By completing construction of a liquefied hydrogen containment system for the planned vessel, Japanese shipbuilding and engineering company Kawasaki Heavy Industries (KHI) has moved a step closer to a target launch of a 160,000m3 liquefied hydrogen carrier in the mid-2020s.
ClassNK, a Japanese classification society, has given KHI preliminary approval for a 40,000m3 cargo containment device for a liquefied hydrogen carrier. The 43-meter-diameter tank system will be mounted free of the ship’s structure, allowing for versatility in severe cold. The hydrogen in the tank has been liquefied at -253°C and compressed to an 800th of its original volume.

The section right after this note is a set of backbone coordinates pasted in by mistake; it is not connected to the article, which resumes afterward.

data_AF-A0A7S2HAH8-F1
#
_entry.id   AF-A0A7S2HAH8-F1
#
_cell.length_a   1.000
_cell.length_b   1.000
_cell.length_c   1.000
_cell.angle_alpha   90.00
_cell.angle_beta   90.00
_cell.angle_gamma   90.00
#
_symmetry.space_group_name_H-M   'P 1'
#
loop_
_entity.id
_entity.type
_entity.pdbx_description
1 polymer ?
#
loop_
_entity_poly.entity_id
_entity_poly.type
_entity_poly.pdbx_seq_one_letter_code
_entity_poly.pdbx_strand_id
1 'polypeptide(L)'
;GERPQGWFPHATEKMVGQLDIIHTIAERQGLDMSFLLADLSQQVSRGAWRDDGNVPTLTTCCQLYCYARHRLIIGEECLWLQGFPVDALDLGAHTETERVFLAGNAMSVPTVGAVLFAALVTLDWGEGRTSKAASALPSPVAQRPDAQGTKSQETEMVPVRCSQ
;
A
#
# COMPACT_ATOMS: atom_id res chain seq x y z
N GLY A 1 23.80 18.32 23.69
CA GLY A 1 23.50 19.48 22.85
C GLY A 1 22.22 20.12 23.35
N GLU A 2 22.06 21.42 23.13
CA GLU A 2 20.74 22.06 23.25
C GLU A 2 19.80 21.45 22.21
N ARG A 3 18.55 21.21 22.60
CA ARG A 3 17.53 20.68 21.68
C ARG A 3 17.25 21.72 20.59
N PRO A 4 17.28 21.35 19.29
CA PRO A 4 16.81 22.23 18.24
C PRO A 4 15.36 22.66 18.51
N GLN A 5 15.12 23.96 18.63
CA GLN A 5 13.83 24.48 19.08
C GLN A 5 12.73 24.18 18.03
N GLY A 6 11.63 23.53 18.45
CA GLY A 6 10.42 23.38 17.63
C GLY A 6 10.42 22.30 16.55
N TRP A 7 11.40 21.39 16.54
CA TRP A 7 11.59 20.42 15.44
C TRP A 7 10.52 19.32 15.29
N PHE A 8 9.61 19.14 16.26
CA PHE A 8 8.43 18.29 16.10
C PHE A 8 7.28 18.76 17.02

A new heat insulation structure has been added to the hydrogen containment system in order to reduce the production of boil-off gas. The heat insulation system was created using the company’s experience in construction and safety technology, which was previously used on the 1,250m3 Suiso Frontier liquefied hydrogen carrier.
KHI is working on a 160,000m3 liquefied hydrogen carrier that will be made up of four 40,000m3 hydrogen containment systems. The liquefied hydrogen vessels are expected to be commercially deployed after 2030, according to the company.
The hydrogen-related businesses are where KHI is concentrating its efforts. It is taking part in a project to test a hydrogen-powered ferry in Yokohama port in 2024. In addition, by 2025, the company will have partnered with Japanese marine engine manufacturers to produce hydrogen engines for large commercial vessels.